Tuesday 05 July 2022

Fewer drugs labs dismantled as criminals are forced to change tack

Police broke up fewer drugs labs in 2020 than in previous years after intercepting several criminal gangs and focusing on the heroin and cocaine trade.

Last year police discovered 93 labs where synthetic drugs were produced or heroin and cocaine were processed, latest figures show. In 69 of the locations XTC and crystal meth were produced.

Most of the labs were situated in Noord Brabant, Noord Holland, Limburg and Gelderland, but the bulk of the heroin and cocaine processing labs – 21 in all – were in Noord and Zuid-Holland.

‘In the last two years we have been able to access encrypted phone services such as EncroChat, Sky and ANOM and disable a number of criminal networks,’ police drugs chief Willem Woelders said.

‘These were responsible for a large part of the production of synthetic drugs and cocaine processing, both here and abroad.’

Woelders said the networks had been hit hard because organisers and other network members were caught in the police operation. ‘They will be harder to replace, Woelders said.

However, Woelders said he did not doubt others would take their place. ‘Criminals are busy people and if the demand is there they will satisfy it. They are also communicating via different encrypted services and apps, such as Telegraph and Signal. It is a game of cat and mouse but we are on to them,’ he said.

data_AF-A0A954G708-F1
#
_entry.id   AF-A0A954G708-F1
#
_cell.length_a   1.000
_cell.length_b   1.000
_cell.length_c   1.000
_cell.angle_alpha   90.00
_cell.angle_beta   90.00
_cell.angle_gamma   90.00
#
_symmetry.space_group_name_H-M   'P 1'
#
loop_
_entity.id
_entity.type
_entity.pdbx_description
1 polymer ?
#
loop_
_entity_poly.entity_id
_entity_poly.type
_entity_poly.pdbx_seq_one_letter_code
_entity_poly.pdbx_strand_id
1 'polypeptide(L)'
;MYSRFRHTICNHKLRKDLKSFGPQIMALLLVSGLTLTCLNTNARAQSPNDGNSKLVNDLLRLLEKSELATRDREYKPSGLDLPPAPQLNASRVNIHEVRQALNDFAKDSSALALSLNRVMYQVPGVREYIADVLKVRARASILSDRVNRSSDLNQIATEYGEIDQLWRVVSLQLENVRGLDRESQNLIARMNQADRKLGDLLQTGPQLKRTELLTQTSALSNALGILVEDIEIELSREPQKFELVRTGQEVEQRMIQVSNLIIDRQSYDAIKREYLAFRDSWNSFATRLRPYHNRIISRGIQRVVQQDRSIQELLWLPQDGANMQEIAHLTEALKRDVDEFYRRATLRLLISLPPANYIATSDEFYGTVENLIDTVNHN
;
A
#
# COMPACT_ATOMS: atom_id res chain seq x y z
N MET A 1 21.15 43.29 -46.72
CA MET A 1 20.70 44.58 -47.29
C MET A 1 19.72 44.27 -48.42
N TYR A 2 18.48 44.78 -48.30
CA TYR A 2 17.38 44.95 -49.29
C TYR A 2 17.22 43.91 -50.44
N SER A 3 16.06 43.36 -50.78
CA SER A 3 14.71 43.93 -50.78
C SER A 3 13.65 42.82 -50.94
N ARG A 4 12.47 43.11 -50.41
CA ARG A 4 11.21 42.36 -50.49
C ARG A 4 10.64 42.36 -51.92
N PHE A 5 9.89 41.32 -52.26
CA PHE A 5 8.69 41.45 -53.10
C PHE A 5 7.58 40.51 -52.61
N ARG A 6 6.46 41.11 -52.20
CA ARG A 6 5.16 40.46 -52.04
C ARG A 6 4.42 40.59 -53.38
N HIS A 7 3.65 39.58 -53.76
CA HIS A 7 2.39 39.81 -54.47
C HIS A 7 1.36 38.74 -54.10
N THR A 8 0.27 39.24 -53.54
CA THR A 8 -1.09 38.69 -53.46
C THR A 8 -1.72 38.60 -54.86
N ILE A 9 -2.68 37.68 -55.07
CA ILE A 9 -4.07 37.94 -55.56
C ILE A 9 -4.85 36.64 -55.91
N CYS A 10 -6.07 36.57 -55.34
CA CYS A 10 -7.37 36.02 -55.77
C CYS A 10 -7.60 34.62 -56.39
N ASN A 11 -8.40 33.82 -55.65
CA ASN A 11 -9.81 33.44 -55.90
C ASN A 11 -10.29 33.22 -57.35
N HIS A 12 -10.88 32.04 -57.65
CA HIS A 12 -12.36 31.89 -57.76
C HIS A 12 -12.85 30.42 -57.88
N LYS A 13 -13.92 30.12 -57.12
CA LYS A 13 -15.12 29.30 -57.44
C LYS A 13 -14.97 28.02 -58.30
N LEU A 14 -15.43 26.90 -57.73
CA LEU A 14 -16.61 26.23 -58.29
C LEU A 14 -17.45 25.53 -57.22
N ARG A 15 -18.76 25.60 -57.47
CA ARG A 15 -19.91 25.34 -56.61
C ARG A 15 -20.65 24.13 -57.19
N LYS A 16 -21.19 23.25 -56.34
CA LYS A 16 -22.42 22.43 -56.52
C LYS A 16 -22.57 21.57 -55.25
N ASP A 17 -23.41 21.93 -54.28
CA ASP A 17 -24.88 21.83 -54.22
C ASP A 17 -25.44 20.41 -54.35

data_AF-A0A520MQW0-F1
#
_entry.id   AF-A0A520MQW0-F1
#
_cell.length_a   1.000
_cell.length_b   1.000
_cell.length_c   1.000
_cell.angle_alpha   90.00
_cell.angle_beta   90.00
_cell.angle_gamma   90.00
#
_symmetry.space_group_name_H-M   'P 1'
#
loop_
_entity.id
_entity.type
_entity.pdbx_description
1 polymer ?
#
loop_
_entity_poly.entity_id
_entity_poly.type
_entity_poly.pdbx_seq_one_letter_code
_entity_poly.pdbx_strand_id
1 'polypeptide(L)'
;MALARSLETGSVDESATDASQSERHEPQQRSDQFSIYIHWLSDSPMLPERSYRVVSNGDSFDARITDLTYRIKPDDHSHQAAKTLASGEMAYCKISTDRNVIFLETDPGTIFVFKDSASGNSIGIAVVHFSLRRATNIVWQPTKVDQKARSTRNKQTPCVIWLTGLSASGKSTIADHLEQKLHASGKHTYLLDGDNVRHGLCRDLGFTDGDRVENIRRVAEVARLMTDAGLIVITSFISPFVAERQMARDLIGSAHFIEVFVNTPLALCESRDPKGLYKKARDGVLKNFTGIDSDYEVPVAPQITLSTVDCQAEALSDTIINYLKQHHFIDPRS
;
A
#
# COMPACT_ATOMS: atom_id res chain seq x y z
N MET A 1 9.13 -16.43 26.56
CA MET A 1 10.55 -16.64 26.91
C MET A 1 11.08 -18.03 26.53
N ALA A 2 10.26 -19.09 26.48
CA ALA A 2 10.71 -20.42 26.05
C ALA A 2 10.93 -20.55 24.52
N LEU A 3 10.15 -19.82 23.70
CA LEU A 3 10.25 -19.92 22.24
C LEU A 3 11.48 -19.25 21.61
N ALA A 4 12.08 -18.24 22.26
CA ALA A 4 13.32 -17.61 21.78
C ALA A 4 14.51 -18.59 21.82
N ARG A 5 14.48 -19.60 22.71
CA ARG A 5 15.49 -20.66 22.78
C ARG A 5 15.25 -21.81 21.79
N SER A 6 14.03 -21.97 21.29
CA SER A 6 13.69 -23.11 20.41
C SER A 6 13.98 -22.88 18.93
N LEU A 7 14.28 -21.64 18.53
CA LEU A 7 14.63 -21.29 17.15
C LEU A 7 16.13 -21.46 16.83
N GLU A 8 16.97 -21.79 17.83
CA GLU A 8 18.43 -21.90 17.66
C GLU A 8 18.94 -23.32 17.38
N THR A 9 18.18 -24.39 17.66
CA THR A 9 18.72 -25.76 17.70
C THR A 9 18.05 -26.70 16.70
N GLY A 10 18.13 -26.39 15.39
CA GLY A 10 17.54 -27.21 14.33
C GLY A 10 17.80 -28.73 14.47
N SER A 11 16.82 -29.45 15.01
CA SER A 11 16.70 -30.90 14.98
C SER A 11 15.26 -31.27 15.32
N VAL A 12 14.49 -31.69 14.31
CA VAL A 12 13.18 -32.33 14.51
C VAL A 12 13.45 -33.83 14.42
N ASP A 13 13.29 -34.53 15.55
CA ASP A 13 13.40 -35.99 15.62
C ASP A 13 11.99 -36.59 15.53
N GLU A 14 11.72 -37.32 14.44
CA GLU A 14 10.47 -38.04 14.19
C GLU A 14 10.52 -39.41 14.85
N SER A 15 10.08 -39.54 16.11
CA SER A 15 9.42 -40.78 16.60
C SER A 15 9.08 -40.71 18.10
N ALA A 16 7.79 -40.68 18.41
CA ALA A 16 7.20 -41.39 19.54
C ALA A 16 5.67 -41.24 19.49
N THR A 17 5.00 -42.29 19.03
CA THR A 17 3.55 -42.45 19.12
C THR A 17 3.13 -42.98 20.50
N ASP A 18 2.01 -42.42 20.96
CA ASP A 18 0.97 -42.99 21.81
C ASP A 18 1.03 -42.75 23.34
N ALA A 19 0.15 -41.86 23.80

Waste and weed

More batches of synthetic drugs waste were found, with the 208 cases representing a 14% rise on the previous year. But Woelders said the increase was due to smaller amounts of waste being dumped more frequently.

‘We think the total volume is smaller,’ he said. ‘But we know that drug-related waste is disposed of in different ways. It may be burned or neutralised and flushed down the drain.’

Police also dismantled fewer marijuana plantations in 2021, but that trend was attributed to a shortage of dedicated police personnel in recent years.

Some 2,285 plantations were put out of action compared to 4,600 in 2017. The focus has shifted to combating hard drugs, Woelders said, meaning there is not enough capacity to crack down on marijuana plantations.

‘That is worrying because marijuana plantations can cause dangerous situations when they are situated in private homes,’ he said. ‘And billions are being made in the soft drug trade as well. It’s one big drugs market and everything is connected.’

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